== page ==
So, the rings are many small particles of various size that orbit in unison. 

 

When minor speed differences cause a particle to fall, or collide with others and disrupt their orbits, well placed moons can exert a gravitational nudge to keep them organized.  These moons are called shepherd moons because they can bring particles back to the speed and direction of the ring.  They will not shepherd every particle, but do affect enough particles to help preserve the rings.

 

Shepherd moons do have gravity, so they can clear gaps between the rings.  The rings do not act as a continuous large ring.

 

Saturn on Zazzle

blackspanielgallery, Note: Image is in public domain made available by NASA.

Rings Are More Common than Meets the Eye

All four gas giants have ring systems, but the others are less spectacular than Saturn’s rings.

Enceladus

Enceladus gives a clue as to what is causing one of Saturn’s rings.  Enceladus has geysers that eject water ice, like snowflakes, towards one of the rings.  This ice feeds the ring and replenishes ice that is lost.

The Moons

Saturn has many moons, and they are best described as being of a large variety.  Io has active volcanos.  Europa has what appears to be a large amount of water ice, and possibly has liquid water deep under the surface.  Others show impact craters.  Titan has an extended atmosphere, and liquid methane on its surface.  Then there are two moons that swap orbits, and this results in a twisting ring. 

 

Auroral Displays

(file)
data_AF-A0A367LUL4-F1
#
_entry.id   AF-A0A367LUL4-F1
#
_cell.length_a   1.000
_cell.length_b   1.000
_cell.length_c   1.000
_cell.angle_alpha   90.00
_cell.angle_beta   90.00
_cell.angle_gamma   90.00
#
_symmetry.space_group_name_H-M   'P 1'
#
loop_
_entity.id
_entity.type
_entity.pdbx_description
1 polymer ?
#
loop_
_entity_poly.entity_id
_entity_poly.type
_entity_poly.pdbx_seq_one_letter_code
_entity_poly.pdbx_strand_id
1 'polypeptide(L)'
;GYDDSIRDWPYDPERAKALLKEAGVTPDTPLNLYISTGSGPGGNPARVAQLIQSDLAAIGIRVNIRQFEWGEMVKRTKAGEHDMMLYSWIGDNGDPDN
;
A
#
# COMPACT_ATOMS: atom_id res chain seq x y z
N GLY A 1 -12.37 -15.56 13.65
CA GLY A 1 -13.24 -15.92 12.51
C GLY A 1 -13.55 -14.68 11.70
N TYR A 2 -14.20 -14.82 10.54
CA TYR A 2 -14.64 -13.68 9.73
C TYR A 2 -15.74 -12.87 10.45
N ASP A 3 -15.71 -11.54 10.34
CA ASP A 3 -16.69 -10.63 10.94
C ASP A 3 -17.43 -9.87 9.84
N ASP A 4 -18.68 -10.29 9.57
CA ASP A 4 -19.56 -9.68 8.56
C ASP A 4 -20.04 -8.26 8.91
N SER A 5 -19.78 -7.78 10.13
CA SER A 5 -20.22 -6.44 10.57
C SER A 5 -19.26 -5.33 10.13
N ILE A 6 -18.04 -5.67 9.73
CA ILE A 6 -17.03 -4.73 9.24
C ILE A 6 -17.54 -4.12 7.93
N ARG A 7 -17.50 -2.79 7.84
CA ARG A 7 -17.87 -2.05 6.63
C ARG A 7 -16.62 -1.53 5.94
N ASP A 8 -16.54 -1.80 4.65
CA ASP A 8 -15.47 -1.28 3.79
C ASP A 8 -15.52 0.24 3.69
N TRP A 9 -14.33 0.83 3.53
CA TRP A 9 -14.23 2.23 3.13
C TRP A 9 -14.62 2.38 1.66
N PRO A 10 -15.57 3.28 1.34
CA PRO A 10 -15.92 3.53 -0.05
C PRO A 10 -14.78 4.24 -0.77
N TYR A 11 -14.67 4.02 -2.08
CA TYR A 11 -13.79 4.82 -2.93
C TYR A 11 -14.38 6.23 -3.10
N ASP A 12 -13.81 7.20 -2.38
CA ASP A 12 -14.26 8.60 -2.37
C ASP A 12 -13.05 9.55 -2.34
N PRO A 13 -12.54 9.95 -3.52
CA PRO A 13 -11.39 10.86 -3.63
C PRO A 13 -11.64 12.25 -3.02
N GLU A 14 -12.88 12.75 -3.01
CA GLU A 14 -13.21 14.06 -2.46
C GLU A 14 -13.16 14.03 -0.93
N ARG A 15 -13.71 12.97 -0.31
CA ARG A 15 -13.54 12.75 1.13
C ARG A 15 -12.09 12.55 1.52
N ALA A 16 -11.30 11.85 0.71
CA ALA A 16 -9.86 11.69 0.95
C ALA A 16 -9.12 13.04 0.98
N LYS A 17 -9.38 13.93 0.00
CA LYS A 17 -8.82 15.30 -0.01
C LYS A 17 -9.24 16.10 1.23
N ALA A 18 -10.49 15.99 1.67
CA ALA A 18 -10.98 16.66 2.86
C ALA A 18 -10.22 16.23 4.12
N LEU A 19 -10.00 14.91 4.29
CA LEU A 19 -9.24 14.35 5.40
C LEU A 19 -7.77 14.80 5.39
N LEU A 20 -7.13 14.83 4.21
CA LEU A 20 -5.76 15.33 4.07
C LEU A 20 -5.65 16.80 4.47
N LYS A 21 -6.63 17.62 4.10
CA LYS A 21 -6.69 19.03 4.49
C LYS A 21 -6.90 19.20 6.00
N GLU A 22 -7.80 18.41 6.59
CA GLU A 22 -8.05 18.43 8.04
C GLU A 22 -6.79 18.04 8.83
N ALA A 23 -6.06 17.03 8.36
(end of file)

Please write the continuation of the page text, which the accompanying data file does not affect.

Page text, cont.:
The aurorae have been observed on Saturn.  What does this indicate?  First, there must be a gas to glow.  Second, trapped charged particles from the solar wind must be present.  Charged particles can only produce auroral displays if a magnetic field traps them, so the presence of the aurorae indicates a magnetic field.

This article contains links to affiliate programs and Adsense advertising.  These must use cookies to allow for proper crediting. As a Viglink Associate, Zazzle Associate, and Amazon Associate I earn from qualifying purchases.

 

The Zazzle product images use art from public domain made available by NASA, and the introduction image is one of these products.

Updated: 11/24/2020, blackspanielgallery
 
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blackspanielgallery on 11/24/2020

Air on any planet travels with the ground under it, or the gaseous surface. By day I mean in this article a Saturnian day. Air at the equator on Earth has about 40,ooo km to travel in a day by just remaining over the same spot, and at the poles it really does not have to go anywhere. It moves with the planet. So, it has a greater east-west component near the equator, the motion of the Earth itself. Saturn is larger and has a shorter day than Earth, so it has a greater Coriolis effect.

DerdriuMarriner on 11/24/2020

Why does air have to go around Saturn in one day? Is that true of the Coriolis effect on all exo- and solar system-planets?
Is it possible that you'll be writing similarly about the other gas giants?
Beautiful Saturn was known to the Babylonians as the white planet.